Cost management can be an intimidating competency to procurement professionals who strongly associate cost with accounting – the measurement of financial information for external or internal reporting.
However, it is a process procurement professional are strongly involved with and so they should also be at the centre of the cost management process. It is simply another extension of the procurement discipline.
By mastering Cost Management tools and techniques procurement professionals can help their organization achieve global competitiveness, not only in cost but also in preparing them to anticipate and proactively serve the needs of the customer through increased innovation.
During a supplier selection process, buyers need to check if the agreed price is a fair price. They must calculate the cost to find out what the right price is and where to focus to reduce extra cost.
Since most companies have increased outsourcing, they depend much more on the performance and cost of their suppliers. Buyers will contribute to the profit of their companies by effectively managing the costs.
The Cost Management Process
The cost management process is executed in 3 steps:
- Search cost information
- Calculate cost
- Reduce cost
During the first step, search cost information, the buyer determines the cost of components like raw materials, machines and labour that are used to manufacture the purchased item. Throughout the second step, calculate cost, the direct cost is calculated by adding material and labour costs. The direct cost is the cost that will disappear if the manufacturing of the item is cancelled at a certain point. The indirect cost, also called overhead, is the cost that is NOT directly related to the manufacturing process. It includes administration, resources such as procurement staff, sales resources, management resources, office space, taxes etc…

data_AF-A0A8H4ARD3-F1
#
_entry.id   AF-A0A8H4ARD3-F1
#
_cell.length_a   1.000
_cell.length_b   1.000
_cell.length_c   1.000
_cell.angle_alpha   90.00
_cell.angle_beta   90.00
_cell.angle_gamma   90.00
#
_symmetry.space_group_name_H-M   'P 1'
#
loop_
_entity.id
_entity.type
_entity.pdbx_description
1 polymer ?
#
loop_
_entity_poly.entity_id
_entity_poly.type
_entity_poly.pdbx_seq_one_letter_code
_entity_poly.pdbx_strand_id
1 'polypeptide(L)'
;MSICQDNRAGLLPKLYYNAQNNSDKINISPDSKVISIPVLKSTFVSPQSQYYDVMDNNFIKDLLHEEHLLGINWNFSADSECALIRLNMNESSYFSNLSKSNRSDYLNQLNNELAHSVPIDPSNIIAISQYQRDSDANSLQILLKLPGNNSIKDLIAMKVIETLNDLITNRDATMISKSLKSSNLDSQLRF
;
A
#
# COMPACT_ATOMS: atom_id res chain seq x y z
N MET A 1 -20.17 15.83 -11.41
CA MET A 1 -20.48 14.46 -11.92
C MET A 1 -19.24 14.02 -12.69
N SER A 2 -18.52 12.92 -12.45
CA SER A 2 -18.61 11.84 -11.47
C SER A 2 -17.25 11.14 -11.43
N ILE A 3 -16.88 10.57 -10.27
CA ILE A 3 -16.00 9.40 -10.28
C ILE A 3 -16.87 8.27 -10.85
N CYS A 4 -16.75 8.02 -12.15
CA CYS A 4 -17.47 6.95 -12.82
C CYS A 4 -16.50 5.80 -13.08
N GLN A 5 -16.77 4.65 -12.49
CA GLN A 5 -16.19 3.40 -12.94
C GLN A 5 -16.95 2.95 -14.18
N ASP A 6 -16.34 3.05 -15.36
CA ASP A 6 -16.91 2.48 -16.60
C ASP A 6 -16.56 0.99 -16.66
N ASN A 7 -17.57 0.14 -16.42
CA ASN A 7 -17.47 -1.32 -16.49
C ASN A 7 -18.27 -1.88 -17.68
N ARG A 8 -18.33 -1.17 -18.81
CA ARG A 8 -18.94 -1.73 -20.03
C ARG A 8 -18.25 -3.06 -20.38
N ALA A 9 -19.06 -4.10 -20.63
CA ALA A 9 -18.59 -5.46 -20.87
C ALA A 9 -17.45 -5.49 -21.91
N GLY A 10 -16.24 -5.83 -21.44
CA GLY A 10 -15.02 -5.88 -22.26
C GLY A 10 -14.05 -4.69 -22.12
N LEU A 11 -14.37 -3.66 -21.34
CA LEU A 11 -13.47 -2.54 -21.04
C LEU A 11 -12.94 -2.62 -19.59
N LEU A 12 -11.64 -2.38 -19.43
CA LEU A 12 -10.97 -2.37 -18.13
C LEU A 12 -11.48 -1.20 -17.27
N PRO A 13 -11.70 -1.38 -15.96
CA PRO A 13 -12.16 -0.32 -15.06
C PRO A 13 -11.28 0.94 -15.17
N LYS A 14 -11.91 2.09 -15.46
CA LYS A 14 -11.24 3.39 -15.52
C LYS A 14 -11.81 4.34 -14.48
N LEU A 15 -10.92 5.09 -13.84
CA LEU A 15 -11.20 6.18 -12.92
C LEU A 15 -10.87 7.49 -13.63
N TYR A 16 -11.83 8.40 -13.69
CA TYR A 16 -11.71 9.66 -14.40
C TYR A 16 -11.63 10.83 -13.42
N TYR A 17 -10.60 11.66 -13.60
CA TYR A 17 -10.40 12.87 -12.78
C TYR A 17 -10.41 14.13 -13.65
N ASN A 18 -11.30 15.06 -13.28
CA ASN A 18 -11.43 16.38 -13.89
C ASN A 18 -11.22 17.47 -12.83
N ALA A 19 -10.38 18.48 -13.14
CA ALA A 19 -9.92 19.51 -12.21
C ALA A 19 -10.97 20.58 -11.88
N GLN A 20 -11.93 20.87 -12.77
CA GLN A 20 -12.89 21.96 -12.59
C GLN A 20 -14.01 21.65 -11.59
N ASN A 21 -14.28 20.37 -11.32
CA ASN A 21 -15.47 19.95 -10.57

During the third step of the cost management process, reduce cost, comparisons are realized between the calculated cost and the agreed price.
Total Cost of Ownership (TCO)
Not all purchases are subjected to a TCO analysis, only those that bring significant maintenance or operating costs across a long usable life. TCO is intensively used to support the purchase of computing systems, software, vehicles, buildings, equipment and machines. TCO analysis serves different purposes and each calls for its own TCO figure. When actually using TCO figures, judgment plays an important role in identifying which cost components are included in the analysis.
TCO analysis is based on a team approach, workshop, and it is performed in 5 steps:
- Define the lifetime costs, the cost components that are part of the analysis, by organizing a workshop which should be attended by the stakeholders, the internal customers who requested the purchase and a financial controller;
- Create the possible scenarios. Each scenario will have its own TCO number;
- Compare the developed scenarios using financial ratios (return on investment or ROI, payback period, internal rate of return or IRR, CAPEX etc.);
- Select the best fitting scenario;
- Implement the chosen scenario.
Read more about the Competences:
|Strategy Development||Category Management||Finance Management|
|Cost Management||Sourcing Process||Negotiation|
|Legal||Performance & Contract Management||Operational Procurement|